Independent from Long Beach, California on March 19, 1976 · Page 1
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Independent from Long Beach, California · Page 1

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Long Beach, California
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Friday, March 19, 1976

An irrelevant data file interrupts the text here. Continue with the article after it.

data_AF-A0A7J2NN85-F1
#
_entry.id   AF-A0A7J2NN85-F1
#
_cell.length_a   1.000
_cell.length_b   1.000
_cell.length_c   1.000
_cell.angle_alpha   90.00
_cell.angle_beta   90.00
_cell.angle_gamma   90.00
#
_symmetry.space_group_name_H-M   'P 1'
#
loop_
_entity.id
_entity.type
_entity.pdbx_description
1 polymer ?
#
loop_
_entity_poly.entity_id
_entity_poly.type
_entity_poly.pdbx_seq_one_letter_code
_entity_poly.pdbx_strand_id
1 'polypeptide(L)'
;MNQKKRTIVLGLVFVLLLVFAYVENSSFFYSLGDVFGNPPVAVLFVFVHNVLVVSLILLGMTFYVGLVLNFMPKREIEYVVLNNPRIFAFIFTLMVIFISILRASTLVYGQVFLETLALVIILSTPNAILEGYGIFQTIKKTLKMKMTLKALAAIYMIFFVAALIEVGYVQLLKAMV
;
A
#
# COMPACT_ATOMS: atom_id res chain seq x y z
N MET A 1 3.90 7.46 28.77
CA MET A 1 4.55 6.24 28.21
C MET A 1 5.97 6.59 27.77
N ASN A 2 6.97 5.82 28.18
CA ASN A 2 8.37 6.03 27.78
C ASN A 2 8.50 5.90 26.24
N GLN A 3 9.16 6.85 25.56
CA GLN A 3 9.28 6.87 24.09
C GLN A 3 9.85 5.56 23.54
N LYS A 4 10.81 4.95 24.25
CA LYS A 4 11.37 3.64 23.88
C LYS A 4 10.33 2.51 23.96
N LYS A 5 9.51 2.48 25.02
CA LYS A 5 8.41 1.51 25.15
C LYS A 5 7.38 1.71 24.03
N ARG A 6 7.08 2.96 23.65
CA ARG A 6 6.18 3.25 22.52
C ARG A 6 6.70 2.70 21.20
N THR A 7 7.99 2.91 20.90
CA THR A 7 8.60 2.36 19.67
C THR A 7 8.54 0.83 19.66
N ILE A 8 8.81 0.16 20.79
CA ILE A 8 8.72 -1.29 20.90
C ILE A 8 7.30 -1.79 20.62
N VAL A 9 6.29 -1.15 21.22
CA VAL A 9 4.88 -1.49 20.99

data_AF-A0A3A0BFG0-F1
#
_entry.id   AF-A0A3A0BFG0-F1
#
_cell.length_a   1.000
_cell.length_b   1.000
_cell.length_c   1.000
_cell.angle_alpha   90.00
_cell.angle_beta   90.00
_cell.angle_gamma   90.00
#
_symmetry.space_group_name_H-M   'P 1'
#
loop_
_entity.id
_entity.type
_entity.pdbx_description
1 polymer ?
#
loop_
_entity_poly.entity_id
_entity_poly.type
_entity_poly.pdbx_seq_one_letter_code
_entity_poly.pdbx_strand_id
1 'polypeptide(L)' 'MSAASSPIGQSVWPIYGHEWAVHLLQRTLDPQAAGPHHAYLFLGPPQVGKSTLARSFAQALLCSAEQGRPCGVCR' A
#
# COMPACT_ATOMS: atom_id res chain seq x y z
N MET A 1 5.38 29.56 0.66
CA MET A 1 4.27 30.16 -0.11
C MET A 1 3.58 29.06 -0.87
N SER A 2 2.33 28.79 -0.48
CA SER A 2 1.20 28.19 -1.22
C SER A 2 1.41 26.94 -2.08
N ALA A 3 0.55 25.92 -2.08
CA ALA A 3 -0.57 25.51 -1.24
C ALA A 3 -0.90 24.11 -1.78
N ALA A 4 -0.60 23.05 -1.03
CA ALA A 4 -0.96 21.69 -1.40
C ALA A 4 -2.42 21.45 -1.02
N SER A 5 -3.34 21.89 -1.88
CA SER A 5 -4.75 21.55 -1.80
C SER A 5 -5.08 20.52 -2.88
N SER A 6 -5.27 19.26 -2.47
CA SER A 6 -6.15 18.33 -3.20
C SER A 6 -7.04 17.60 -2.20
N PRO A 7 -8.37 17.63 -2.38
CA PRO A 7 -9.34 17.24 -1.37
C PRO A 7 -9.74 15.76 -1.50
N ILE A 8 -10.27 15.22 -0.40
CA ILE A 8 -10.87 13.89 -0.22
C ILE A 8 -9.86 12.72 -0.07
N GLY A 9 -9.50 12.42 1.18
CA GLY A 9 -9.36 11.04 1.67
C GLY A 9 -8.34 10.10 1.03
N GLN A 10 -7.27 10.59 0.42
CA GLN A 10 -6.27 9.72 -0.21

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State health chief for decriminalizing heroin Prom Our Stale Bureau SACRAMENTO -- State Health Director Jerome Lackner said Thursday that heroin should be decriminalized nationally so its illegal commerce would not be profitable. "The only way to solve the heroin problem is to take the profit out of it," said Lackner. "The only way to lake the profit out is to give it away," he added. "Let people line up and get it. Nothing moves in this country without a profit." ile also said he believes it would be belter for government clinics to give addicts heroin rather t h a n methadone, because methadone may be more permanently addictive. Lackner said his comments were personal and did not reflect the viewpoint either of the Brown administration or the Health Department, and Gov. Brown quickly made it/clear he did not agree with the physician He appointed a year ago. "My views on this subject are fairly well known and were most recently expressed In the signing of the Bobbins mandatory prison sentence bill for heroin dealers," Brown said, referring to legislation carried by Sen. Alan Bobbins, D-Van Nuys. "I believe the criminal sanction should be maintained against the use or possession of heroin." Early Thursday, Lackner had appeared before the Assembly Ways and Means subcommittee on health and welfare. Lackner said, "I would like to speak f r a n k l y to the committee. S u b s t a n c e abuse is the major health problem in America, and I doubt that until we change the orientation of health agencies we will solve the problem. "If our attitude toward heroin abuse is to wait until people become addicted, then try to cure them, we will always have addicts and we will always have the problem. "We will always be dealing with It at the wrong end when we should concentrate on trying to prevent addiction from happening in the first place."The medical profession has generally shunned addicts, he said, then he referred to his own practice in San Jose before he went to work for the state. He said he became "proficient at treating heroin addicts because we h a v e m a n y j u n k i e s in San Jose." "Speaking personally, not for t h e administration and not tor the department, I feel the use of heroin should be decriminalized," he said. "Not legalized. Selling and profiting should still be a crime, but not possession and use." He said t h a t the traditional law- enforcement-medical approach toward treating the heroin abuse problem had failed, and suggested that it might be more valuable "to have the Harvard School o( Business look at the heroin problem as the business it is, and devise a way to eliminate the problem." One way, he said, would be to provide heroin maintenance programs for addicts, rather than methadone maintenance programs, and also to make legally dispensed heroin c o m p e t i t i v e w i t h s t r e e t heroin. "Methadone is just as much a narcotic as heroin and is just as addictive," he told the subcommittee. "But when someone who makes a profit from selling heroin loses a customer to a methadone program, he simply goes out and finds another customer." While melhadone was legally acceptable, Lackner said, it is easier for a heroin user to become a non-user than it is for a methadone addict to give up drugs completely. A heroin user, he said, "is easier to detoxify. It is easier to get him clean" than a methadone addict. But, he acknowledged, he did not expect to see heroin decriminalized. "If I had authority '. decriminalize heroin in California," he said, "1 wouldn't do it, because then we'd have junkies from the other 49 states coming here." The step could only be taken nationally, Lackner said. Callaway fights ouster --Story on Page A-8 INDEPENDENT WEATHER Fair with gusly winds. High near 62, low near 52. Complete weather on Page C-17. 66 Pages LONG BEACH, CALIFORNIA, FRIDAY, MARCH 19, 1976 HE S1161 - Classified No. HE 2-5959 ( ^£~ »* Vol. 35, No. 160 Home Delivered Doily and Sunday -- $4.00 Per Monlh Cuba spy tied to 'plot * on Ford, Reagan Verdict next: Patty 6 a bandit or a survvor By LINDA DEUTSCH SAN FRANCISCO (AP) - Patricia Hearst's prosecutor portrayed her Thursday as a liar who should be convicted of bank robbery, white the lawyer defending the young heiress implored her jury to view her participation In the crime as a matter of survival. F. Lee Bailey, in a surprisingly brief dosing argument for the defense in the eight-week trial, told the jury: "This is not a ease about'bank robbery ... It is a case about dying or surviving. That is all that Patricia Campbell Hearst thought about." ^ BAILEY'S final statement, the one he said could win or los« the case, followed an often dramatic two-hour presentation by U.S. Ally. James L. Browning Jr. The prosecutor urged the panel to reject Miss Hearst's "entire testimony as not credible" and pronounce her the willing revolutionary she proclaimed herself to be while in the company of the Symbionesc Liberation Army. She was, Browning said, the "rebel in search of a cause" described by govern- ment psychiatrists. Dismissing her story as. "incredible," he said she took part in the robbery wilh "verve" and without coercion. In a final response before court was recessed, Browning told jurors: "I'm sorry Patricia Hearst was kid- naped. I'm sorry anyone was kidnaped ... but can you assume that she was a kidnap victim for the next 19 months? "DONT be misled by the smokescreen that the defense has raised. Judge this case on the merits. Judge this case on the evidence." The scene was thus set for final instructions and presentation of the case to the jury today -- six months to the day after Miss Hearst was arrested in a San Francisco apartment. Bailey, as he had throughout the trial, told the panel that Miss Hearst was forced to lake part in the April 15, 1074, bank robbery in a desperate bid to survive among her terrorist captors -- "a bunch of crazy psychopaths." (Turn to Back Pg. Col. 1) By RONALD KOZ10L Knight News Service ilt: TV rtlrife Trito SAN FRANCISCO-Fcderal agents have received information that a spy for (he Cuban government acted as an adviser for a Bay Area terrorist group and allegedly took part in discussions centering on an assassination plot against President Ford and presidential challenger R o n a l d R e a g a n , tho Chicago Tribune has learned. PATTY HEARST sits in marshal's car outside courthouse in San Francisco after hearing final arguments in her trial Thursday by chief defense attorney F. Lee Bailey, top right, and prosecutor James Browning. -·»· **»** Brown: 'I must finally go East 9 By GIL BAILEY From Our National Bureau S A C U A M E N T O - G o v . Brown recognizes that his presidential campaign will h a v e to go nationwide even though he believes that its central theme will be what he does in Sacramento. "I'm going to have to go e a s t sometime," Brown told the Washington Bureau of The Independent in a telephone interview T h u r s d a y . B r o w n as governor has not left California officially, even skipping the traditional national governors' conferences and presidential i n v i t a - tions B r o w n again signaled his theme that he is a different sort of governor, "disassociated from the disaffection" held by people for Washington. The 37-year-old governor, whose popularity ratings have reached record heights in his native state in part because of his calls for "less" and his austere life style, said he knows he must be considered a serious presidential candidate with nationwide appeal to draw votes in the California primary because Californians in the past have rejected "favorite son" or nonserious candidates. However, Browo has not yet r e a l l y planned his campaign because of the pressures of the job in Sacramento, including appointments and problems with farm labor. "It is not appropriate or necessary fto p l a n the c a m p a i g n ) , " he s a i d . "There is sequential progression of order." In some respects Brown feels that what be is doing in Sacramento fa the campaign. "My first responsibility is to discharge my duties here," he said. "I concept u a l i z e m y e f f o r t (campaign) is what I do (Turn to Back Pg., Col. 3) J u s t i c e D e p a r t m e n t sources said if the allegations arc true --and they still have not been d i s counted--it is the first evidence that an agent for a foreign government has been d i r e c t l y involved wilh a domestic terrorist group on American soil. Details of the Cuban inv o l v e m e n t r e p o r t e d l y were supplied by Gregg Daniel Adornelto, 11, a terrorist-turned-informant, who is now in protective custody. Adornetto was a member of the Emiliano Zapata Unit, a terrorist band which came into existence a year ago am! which took credit for a dozen bombings. ADORNETTO is reported to have told federal agents t h a t the C u b a n adviser was known under the code name of "Andres Gomez."Sources said that Gomez' name was found in a personal notebook kept by the admitted terrorist. Adornetto a l s o picked G o m e z ' p i c t u r e f r o m among a group of several Cubans, sources said. The person whose picture he picked out has been identified by federal agents and Latin American i n t e l l i - gence experts as a member of t h e DG1 (Directorate of G e n e r a l Intelligence), the Cuban spy apparatus. The Central Intelligence Agency was reported to be attempting to l e a r n if "Gomez" could have been in this country during the period in which Adornettn EXCLUSIVE claims to have seen him. The Cuban reportedly fled to Mexico shortly after a police shootoul on Feb. 21 near Lagunitas. This Incident led to the later arrests of Adornetto and six others, who the FBI has ·harged are members of thcZapala unit. A D D I N G f u r t h e r in- t r i g u e was Adornctto's claim that he was told by his underground comrades that "if Gomez dies, his body must be burned and his fingers cut off so he cannot be identified." Adornetto also is reported to have claimed that he had traveled to Cuba wilh (op leaders of the Weather Underground, who have been fugitives since 1970. Members of the Weather U n d e r g r o u n d , responsible for scores of bombings throughout the country, h a v e a i d e d in organizing eight brigades of young Americans who traveled to Cuba to help harvest sugar cane and construct buildings. The W e a t h e r leaders have been welcomed openly by the Castro government since their group began an underground campaign of terror in this country six years ago. AUTHORITIES now lend to believe Adornelto's story that a top leader of the Weather Underground played a major role in the activities of the Zapata unit. Farm board accord By SUSAN SWARD SACKAMENTO (AP) The California Assembly approved a $2.5 million appropriation T h u r s d a y for G o v . Brown's farm labor b o a r d , rejecting charges t h a t t h e board "sold oul to Cesar Chavez." The 5-1-2-1 parly-line vote was exactly the majority needed to send the measure to the Senate. It was a major victory for the Democratic governor, and a major step toward saving the showpiece accomplishment of his 14- month-old administration. The Stale Agricultural Labor Relations Board. which oversees f a r m worker elections, has been in limbo since Feb. 6, w h e n Republicans and rural Democrats cut off cxtni funds needed to continue board operations. At issue was the opponents' contention that the board and Brown have favored Chavez' U n i t e d Farm Workers union over Ihe rival Teamsters and grower interests. They d e m a n d e d changes in Ihe law before they would vote for (he funds required to resume Ihe secret-ballot f a r m labor organizing elections authorized by B r o w n ' s farm labor law of 1975. Chavez has won the majority of the -WO elections supervised by the board between Sept. I and Feb. R, when funds under the law ran out. Democratic leaders of the Assembly imposed strict party discipline in Ihe form of n formal caucus position in order to extract the votes of the rural Democrats who had earlier sided with Republicans to block the funds. A s s e m b l y m a n Bob C l i n e . R - N o r t h r i d g e . charged that the board "has consistently sold out to Cesar Chavez." It is "a biased. Chavez-oriented, (Turn to Pg. A-10, Col. 6) Panama Canal strike backs up 100 ships CRISTOBAL. Panama Canal Zone (AP) - More than 100 ships were backed up at the Panama Canal on Thursday as a U.S. employe sickoul resulted in the most expensive traffic jam in the canal's 62-year history. Only six ships inched through the canal on Wednesday. Normal traffic is about 10 ships a day. By early Thursday 101 ships had joined logjams at both ends of Ihe canal and 70 more were expected by the weekend. The last strike at (he canal tied up 118 ships for several days in August 1973. About 700 striking American employes arc hoping (he costs of the traffic jam -- an average $8,000 a day in operating costs for each ship -- will bring pressure on Congress to slop proposed pay scale changes and other economy moves aimed at reducing a JH-million deficit expected by the Panama Canal Co. (Turn to Back Pg., Col. 8) Sen. Church runs Combined News Services I d a h o Sen. F r a n k Church officially declared himself a candidate for t h e Democratic presidential nomination Thursday, telling a crowd of about 2,500 s t a n d i n g in the muddy streets of the gold- rush ghost town of Idaho City, Idaho, t h a t "it's never too late -- nor are Ihe odds too great -- to try." The 5 1 - y e a r - o l d Church's aspirations for the nomination have been no s e c r e t , but he has delayed entering the primaries because of the Senate investigation of intelligence activities. Church has been the leading figure in that investigation, which has in turn given him a sort of national prominence that he might otherwise not have enjoyed as a senator from the sparsely populated n o r t h western state best known for its potatoes. Church's entry into the s e v e n - m a n Democratic race came as Ronald Rea- gan and George Wallace, each seeking his first primary victory of the presidential campaign, pressed for support from North Carolina voters. Former Georgia Gov. Jimmy Carter also was in N o r t h Carolina, t e l l i n g voters he could defeat Wallace in every Southern (Turn to Pg. A-10, Col. I) L.B. girl in 'coma state 9 20 years dies By MIKE JELF Slalf WrUtr A 15-year-olrl Long Beach girl who suffered brain damage when her hear! slopped beating during a tonsillectomy '20 years ago died Thursday at the age of 35 in a Minneapolis hospital. Her brother said that although Suzanne Payette "never was really in a coma." she was restricted to an invalid, "animal" sort of existence by the mishap on May 31, 1956. Thursday afternoon at 4:30 p.m. she died in her room at Minneapolis General Hospital, surrounded by her parents, her brother, her sister, an aunt and a cousin. The cause of death was listed as pneumonia. "It was a long 20 years," Lyle Pay- ettc.Jr.,31, said. "It was a long, hard battle. She fought for her life up to the very last minute." Newspaper accounts of 1956 described how the girl's heart slopped beating as she lay on Ihe operating table at St. Mary's Hospital, and a surgeon cut open her chest to give her litcsaving heart massage. One doctor described it as a ''one in a million" case. "She took the anesthetic well and all at once stopped breathing," according to a news account. A month after the operation, a r.eu- rologislsaid there was some hcpe for the former Stanford Junior High School student body president. Her mother, on hearing of the slight hope, said, "My prayers have been answered." By November her falhcr said doctors offered no hope. Despite fund-raising drives by friends and strangers and an oul-of-court settlement of $100,000, doctors were unable to repair the damage done to her brain. In the months following the operation, pupils in Seventh Day Advcntist schools throughout S o u t h e r n California sent money, an Air Force base staged a benefit dance and Ihc owner of a gas station donated a day's profits to the Payettes. The Sept. 16, 1957, out-of-court settlement followed filing of a suit against Ihc surgeon and anesthesiologist. The f a m i l y moved lo Minneapolis two years ago, Suzanne's brother said. Services are scheduled for Monday in Werness Brothers' Mortuary in Minneapolis. DIVORCE ruled out for Princess Margaret. Page A-2. · GROWING scandal in care of elderly reported. Page A-15. * VAST OIL FIELD reported in Saudi Arabia. Page A-16. COUNTY MAYOR plan won't be on June ballot. Page B-l. Action I Jne A-3 (1 Amusements .. CT-5 Classified C-17 Comics ti-6 Crossword B-fl Editorial B-2 Financial... C-10,11 · SOUTHLAND EVENTS on Page C-8. Life/Style... A-1.1.14 Obitaaries C-17 Police Beat B-l Shipping C-17 Rporls Cl-7 TeddThomey CB-16 Television C-12